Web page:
Siloxanes in consumer products affect energy recovery costs at biogas-to-energy facilities

Volatile methyl siloxanes (VMS) are man-made compounds containing silicon and oxygen with organic side groups (typically methyl groups) attached to the silicon atoms. Siloxanes can have linear (denoted by L or M nomenclature) and cyclic (denoted by D) structural configurations. Organic side groups give siloxanes their strong hydrophobic properties. Because of their thermal stability, low solubility, hydrophobicity and antimicrobial characteristics, siloxane production and use in manufacturing and construction industries have increased significantly in recent years. Siloxanes are used in many consumer products (e,g., personal care products which include shampoos, creams, and make up, sunblock; exterior coatings for buildings, wood, textile, paper; electronics).

Atlas of Science. Siloxanes in consumer products affect energy recovery costs at biogas-to-energy facilities

Fig. 1. Siloxanes in discarded products affect engine performance at biogas-to-energy facilities.

Siloxanes used in personal care products enter wastewater and those used in other consumer products end up in municipal solid waste when discarded. Presence of siloxanes in wastewater and solid waste affect the quality biogas produced at anaerobic digestors and landfills. Biogas has a heating value of approximately 500 Btu per cubic foot which is about half of the heating value natural gas.

In the recent years, increasing levels of volatile methyl siloxanes in biogas have been a concern for utilization of biogas for energy generation. During combustion of biogas, siloxanes are converted to silicon dioxide which form white deposits (in crystal or amorphous state) on engine components (e.g., engine heads, spark plugs, valves). The accumulation of deposits affects the engine performance by causing detonation in combustion chambers, decreases efficiency of gas engines, and increases the exhaust gas emissions due to unburned fuel.  If not serviced, severe damages can occur to the engine components (i.e., valves, pistons, piston rings, liners, cylinder heads, spark plugs and turbochargers) requiring costly repairs.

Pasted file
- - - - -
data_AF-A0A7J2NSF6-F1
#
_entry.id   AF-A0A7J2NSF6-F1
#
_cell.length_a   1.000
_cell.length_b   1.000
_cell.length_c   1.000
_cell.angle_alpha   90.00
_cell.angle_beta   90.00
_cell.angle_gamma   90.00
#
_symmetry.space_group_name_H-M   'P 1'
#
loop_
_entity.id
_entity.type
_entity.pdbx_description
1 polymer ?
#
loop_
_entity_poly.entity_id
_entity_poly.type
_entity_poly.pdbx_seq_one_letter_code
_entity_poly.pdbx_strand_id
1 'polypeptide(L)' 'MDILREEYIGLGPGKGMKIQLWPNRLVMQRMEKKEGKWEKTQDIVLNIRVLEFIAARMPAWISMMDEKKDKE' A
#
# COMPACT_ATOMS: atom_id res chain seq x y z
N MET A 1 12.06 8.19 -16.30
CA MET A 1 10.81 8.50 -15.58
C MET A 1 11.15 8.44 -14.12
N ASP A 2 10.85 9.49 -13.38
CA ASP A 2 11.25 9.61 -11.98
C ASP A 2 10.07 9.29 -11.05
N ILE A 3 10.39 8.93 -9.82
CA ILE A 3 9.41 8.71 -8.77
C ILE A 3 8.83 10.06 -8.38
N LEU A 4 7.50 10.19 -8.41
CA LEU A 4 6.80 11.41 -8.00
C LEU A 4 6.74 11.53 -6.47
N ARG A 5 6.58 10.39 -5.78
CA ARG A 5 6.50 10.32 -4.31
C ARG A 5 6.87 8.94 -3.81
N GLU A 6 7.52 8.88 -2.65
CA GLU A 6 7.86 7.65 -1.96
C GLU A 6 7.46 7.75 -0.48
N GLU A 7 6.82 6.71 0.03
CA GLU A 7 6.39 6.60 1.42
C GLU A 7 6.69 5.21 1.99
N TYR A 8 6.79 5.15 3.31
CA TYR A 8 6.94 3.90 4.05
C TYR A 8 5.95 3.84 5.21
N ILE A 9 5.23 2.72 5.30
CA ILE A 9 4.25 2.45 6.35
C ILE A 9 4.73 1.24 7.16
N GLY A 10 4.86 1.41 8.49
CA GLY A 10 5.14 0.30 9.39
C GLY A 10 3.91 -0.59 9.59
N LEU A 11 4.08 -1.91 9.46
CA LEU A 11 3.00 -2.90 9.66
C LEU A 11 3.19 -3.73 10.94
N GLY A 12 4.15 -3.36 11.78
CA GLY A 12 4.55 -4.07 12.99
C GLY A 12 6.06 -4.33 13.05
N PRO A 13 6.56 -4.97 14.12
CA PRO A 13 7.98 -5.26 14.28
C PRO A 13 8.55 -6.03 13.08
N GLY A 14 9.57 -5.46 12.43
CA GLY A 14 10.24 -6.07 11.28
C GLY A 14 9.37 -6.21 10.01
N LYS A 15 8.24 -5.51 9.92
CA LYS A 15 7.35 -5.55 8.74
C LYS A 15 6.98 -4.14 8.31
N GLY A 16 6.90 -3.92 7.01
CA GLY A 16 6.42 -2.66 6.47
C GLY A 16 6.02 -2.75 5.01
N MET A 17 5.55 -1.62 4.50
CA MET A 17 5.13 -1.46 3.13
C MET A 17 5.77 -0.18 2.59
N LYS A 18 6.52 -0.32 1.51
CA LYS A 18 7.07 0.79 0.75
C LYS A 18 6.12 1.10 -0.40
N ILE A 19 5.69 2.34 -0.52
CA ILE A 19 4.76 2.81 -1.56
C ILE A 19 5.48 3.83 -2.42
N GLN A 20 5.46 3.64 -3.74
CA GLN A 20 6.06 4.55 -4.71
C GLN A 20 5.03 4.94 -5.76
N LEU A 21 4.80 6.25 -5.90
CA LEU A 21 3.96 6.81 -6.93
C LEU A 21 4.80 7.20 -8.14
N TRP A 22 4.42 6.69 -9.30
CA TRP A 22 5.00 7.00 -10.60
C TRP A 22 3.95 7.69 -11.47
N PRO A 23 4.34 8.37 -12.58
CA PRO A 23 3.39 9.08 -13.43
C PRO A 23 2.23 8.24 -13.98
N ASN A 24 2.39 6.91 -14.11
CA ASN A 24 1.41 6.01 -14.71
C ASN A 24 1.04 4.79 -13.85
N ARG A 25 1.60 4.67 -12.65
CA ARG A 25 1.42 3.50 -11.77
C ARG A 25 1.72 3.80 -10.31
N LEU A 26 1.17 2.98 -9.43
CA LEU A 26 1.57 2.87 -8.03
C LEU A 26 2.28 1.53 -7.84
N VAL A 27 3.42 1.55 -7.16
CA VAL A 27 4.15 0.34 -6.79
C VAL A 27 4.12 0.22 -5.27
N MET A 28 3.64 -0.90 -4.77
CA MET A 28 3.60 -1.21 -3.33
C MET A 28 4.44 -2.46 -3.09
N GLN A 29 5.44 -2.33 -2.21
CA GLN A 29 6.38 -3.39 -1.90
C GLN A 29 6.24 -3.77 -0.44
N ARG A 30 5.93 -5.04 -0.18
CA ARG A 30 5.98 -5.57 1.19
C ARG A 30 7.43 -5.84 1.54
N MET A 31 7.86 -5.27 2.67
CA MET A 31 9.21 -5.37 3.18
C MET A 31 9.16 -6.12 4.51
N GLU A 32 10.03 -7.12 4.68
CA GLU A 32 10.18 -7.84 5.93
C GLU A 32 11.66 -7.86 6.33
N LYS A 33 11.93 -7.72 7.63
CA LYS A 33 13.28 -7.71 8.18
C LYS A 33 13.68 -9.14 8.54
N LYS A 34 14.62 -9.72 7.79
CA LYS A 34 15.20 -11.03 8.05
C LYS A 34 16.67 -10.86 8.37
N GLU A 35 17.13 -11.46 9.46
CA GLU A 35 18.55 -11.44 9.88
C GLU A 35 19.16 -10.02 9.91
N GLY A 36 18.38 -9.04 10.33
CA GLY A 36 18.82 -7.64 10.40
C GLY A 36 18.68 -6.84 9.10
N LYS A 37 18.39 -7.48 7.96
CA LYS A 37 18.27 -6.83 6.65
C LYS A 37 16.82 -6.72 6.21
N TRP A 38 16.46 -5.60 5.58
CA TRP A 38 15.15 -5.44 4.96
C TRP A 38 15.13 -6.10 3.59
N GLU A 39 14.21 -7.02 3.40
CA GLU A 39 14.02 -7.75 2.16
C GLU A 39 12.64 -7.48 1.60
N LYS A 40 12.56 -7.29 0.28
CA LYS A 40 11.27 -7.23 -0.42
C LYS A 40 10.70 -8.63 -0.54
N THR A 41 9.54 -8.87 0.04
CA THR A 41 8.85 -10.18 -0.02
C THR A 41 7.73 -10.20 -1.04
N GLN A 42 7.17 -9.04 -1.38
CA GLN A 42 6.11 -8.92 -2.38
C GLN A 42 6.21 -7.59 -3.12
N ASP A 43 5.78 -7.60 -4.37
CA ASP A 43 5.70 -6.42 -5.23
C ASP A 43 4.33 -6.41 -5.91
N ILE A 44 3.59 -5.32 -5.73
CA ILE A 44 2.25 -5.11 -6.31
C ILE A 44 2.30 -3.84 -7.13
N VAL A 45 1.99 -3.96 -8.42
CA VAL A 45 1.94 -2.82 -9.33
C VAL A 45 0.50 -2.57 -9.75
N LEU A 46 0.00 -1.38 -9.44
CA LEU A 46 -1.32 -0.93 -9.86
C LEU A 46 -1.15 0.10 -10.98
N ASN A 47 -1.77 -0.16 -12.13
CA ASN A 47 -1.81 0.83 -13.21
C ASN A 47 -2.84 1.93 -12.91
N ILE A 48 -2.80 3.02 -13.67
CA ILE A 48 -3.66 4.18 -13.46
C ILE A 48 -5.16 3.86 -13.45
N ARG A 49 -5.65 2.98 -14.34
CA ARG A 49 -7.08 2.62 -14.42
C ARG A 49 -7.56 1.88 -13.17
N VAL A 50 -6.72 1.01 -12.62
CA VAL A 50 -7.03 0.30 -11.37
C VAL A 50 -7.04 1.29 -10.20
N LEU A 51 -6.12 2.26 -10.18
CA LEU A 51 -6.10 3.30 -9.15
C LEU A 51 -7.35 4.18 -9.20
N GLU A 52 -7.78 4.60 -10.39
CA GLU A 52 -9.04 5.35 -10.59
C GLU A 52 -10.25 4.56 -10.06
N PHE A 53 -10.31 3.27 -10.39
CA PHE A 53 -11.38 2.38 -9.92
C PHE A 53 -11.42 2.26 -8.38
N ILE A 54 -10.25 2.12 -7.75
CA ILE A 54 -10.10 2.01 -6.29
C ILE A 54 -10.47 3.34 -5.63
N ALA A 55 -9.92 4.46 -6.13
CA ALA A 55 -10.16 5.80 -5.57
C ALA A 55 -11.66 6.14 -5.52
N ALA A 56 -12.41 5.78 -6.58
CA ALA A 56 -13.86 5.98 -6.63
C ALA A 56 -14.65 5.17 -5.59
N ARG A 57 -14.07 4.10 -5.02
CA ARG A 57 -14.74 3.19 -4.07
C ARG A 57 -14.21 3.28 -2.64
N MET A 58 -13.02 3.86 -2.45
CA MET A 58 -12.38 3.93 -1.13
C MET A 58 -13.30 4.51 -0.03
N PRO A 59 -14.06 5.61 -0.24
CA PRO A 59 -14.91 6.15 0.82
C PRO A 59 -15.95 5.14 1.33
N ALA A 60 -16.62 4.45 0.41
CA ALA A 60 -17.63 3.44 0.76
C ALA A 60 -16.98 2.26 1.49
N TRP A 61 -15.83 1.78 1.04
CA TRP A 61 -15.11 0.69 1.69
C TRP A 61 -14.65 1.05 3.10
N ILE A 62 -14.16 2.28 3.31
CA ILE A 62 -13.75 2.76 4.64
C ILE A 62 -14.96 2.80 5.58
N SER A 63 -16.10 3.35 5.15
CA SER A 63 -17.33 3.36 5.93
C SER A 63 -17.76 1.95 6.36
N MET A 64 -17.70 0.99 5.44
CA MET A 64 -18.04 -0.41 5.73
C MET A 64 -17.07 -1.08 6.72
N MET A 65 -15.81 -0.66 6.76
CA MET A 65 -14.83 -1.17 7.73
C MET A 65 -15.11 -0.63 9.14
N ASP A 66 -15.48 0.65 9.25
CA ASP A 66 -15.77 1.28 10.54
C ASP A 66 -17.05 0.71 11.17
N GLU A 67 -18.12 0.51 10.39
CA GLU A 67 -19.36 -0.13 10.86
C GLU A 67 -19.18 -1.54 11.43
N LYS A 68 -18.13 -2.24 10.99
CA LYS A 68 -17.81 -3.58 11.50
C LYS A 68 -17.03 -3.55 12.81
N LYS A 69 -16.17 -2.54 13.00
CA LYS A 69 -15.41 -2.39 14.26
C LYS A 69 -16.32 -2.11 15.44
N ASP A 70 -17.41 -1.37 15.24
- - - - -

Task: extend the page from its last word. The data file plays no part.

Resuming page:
We conducted a survey of biogas-to-energy facilities for the operational costs and challenges associated with accumulation rate and removal of silicon dioxide deposits from the engine components. We used the survey data for conducting the economic analyses to evaluate and compare economic feasibility of carbon adsorption systems vs manual removal of deposits from engine components in relation to quantity of biogas utilized and siloxane levels in biogas.

Atlas of Science. Siloxanes in consumer products affect energy recovery costs at biogas-to-energy facilities

Fig. 2. Silicon dioxide deposits formed on gas engine components at biogas-to-energy facilities.

Installation of a carbon adsorption system to remove siloxanes prior to the combustion chamber can be feasible for facilities with biogas flow rates over 1,700 m3/hr (1,000 scfm).  For facilities with biogas flows less than 1,300 m3/hr (750 scfm), the added capital and operational costs of carbon adsorption systems may not be feasible. However, if recovery credits for energy recovery are considered, the facilities even with the smaller gas flow rates (i.e., 850 m3/hr or 500 scfm) would benefit from having a biogas pretreatment system. Siloxane removal prior to the gas engines would increase the lifetime of spark plugs, reduce maintenance costs for engine parts, and reduce frequency for rebuilding engines.

Berrin Tansel, Sharon C. Surita
Department of Civil and Environmental Engineering, Florida International University,
Miami, USA


Managing siloxanes in biogas-to-energy facilities: Economic comparison of pre- vs post-combustion practices
Berrin Tansel, Sharon C Surita
Waste Manag. 2019 Aug 1


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